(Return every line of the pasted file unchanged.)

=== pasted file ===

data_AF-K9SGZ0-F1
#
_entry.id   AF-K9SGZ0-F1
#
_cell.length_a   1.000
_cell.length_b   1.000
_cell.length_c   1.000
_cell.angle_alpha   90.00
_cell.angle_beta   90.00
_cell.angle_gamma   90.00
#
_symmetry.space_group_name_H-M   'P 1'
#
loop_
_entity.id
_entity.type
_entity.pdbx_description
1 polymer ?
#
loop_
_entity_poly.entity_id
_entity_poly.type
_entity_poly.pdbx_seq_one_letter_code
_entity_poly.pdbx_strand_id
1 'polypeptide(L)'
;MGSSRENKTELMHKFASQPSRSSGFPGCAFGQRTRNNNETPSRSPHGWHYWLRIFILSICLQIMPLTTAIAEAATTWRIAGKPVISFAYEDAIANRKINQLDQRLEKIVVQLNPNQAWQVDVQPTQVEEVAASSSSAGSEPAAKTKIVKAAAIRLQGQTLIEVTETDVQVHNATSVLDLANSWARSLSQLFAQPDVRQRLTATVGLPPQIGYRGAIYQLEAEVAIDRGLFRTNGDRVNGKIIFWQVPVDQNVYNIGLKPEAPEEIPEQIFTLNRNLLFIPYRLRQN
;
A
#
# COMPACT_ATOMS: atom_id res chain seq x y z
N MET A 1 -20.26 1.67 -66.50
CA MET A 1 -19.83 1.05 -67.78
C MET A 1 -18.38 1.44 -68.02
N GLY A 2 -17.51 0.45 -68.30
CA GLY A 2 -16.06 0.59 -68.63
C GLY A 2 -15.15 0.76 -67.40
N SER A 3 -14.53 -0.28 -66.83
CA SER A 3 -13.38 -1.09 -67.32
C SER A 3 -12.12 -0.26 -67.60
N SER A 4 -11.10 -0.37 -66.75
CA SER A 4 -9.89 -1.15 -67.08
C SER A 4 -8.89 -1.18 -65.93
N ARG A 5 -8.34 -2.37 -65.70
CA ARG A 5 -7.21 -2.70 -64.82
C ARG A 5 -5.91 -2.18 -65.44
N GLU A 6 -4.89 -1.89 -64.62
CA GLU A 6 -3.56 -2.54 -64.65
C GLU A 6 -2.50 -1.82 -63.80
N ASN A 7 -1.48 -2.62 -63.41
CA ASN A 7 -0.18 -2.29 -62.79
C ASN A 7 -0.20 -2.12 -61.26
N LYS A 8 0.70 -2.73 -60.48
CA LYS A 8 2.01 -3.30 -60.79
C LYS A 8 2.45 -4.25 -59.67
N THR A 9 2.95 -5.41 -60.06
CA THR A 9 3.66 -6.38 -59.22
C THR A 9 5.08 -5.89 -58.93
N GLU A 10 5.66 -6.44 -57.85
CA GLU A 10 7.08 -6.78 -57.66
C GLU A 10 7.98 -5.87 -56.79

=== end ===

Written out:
data_AF-K9SGZ0-F1
#
_entry.id   AF-K9SGZ0-F1
#
_cell.length_a   1.000
_cell.length_b   1.000
_cell.length_c   1.000
_cell.angle_alpha   90.00
_cell.angle_beta   90.00
_cell.angle_gamma   90.00
#
_symmetry.space_group_name_H-M   'P 1'
#
loop_
_entity.id
_entity.type
_entity.pdbx_description
1 polymer ?
#
loop_
_entity_poly.entity_id
_entity_poly.type
_entity_poly.pdbx_seq_one_letter_code
_entity_poly.pdbx_strand_id
1 'polypeptide(L)'
;MGSSRENKTELMHKFASQPSRSSGFPGCAFGQRTRNNNETPSRSPHGWHYWLRIFILSICLQIMPLTTAIAEAATTWRIAGKPVISFAYEDAIANRKINQLDQRLEKIVVQLNPNQAWQVDVQPTQVEEVAASSSSAGSEPAAKTKIVKAAAIRLQGQTLIEVTETDVQVHNATSVLDLANSWARSLSQLFAQPDVRQRLTATVGLPPQIGYRGAIYQLEAEVAIDRGLFRTNGDRVNGKIIFWQVPVDQNVYNIGLKPEAPEEIPEQIFTLNRNLLFIPYRLRQN
;
A
#
# COMPACT_ATOMS: atom_id res chain seq x y z
N MET A 1 -20.26 1.67 -66.50
CA MET A 1 -19.83 1.05 -67.78
C MET A 1 -18.38 1.44 -68.02
N GLY A 2 -17.51 0.45 -68.30
CA GLY A 2 -16.06 0.59 -68.63
C GLY A 2 -15.15 0.76 -67.40
N SER A 3 -14.53 -0.28 -66.83
CA SER A 3 -13.38 -1.09 -67.32
C SER A 3 -12.12 -0.26 -67.60
N SER A 4 -11.10 -0.37 -66.75
CA SER A 4 -9.89 -1.15 -67.08
C SER A 4 -8.89 -1.18 -65.93
N ARG A 5 -8.34 -2.37 -65.70
CA ARG A 5 -7.21 -2.70 -64.82
C ARG A 5 -5.91 -2.18 -65.44
N GLU A 6 -4.89 -1.89 -64.62
CA GLU A 6 -3.56 -2.54 -64.65
C GLU A 6 -2.50 -1.82 -63.80
N ASN A 7 -1.48 -2.62 -63.41
CA ASN A 7 -0.18 -2.29 -62.79
C ASN A 7 -0.20 -2.12 -61.26
N LYS A 8 0.70 -2.73 -60.48
CA LYS A 8 2.01 -3.30 -60.79
C LYS A 8 2.45 -4.25 -59.67
N THR A 9 2.95 -5.41 -60.06
CA THR A 9 3.66 -6.38 -59.22
C THR A 9 5.08 -5.89 -58.93
N GLU A 10 5.66 -6.44 -57.85
CA GLU A 10 7.08 -6.78 -57.66
C GLU A 10 7.98 -5.87 -56.79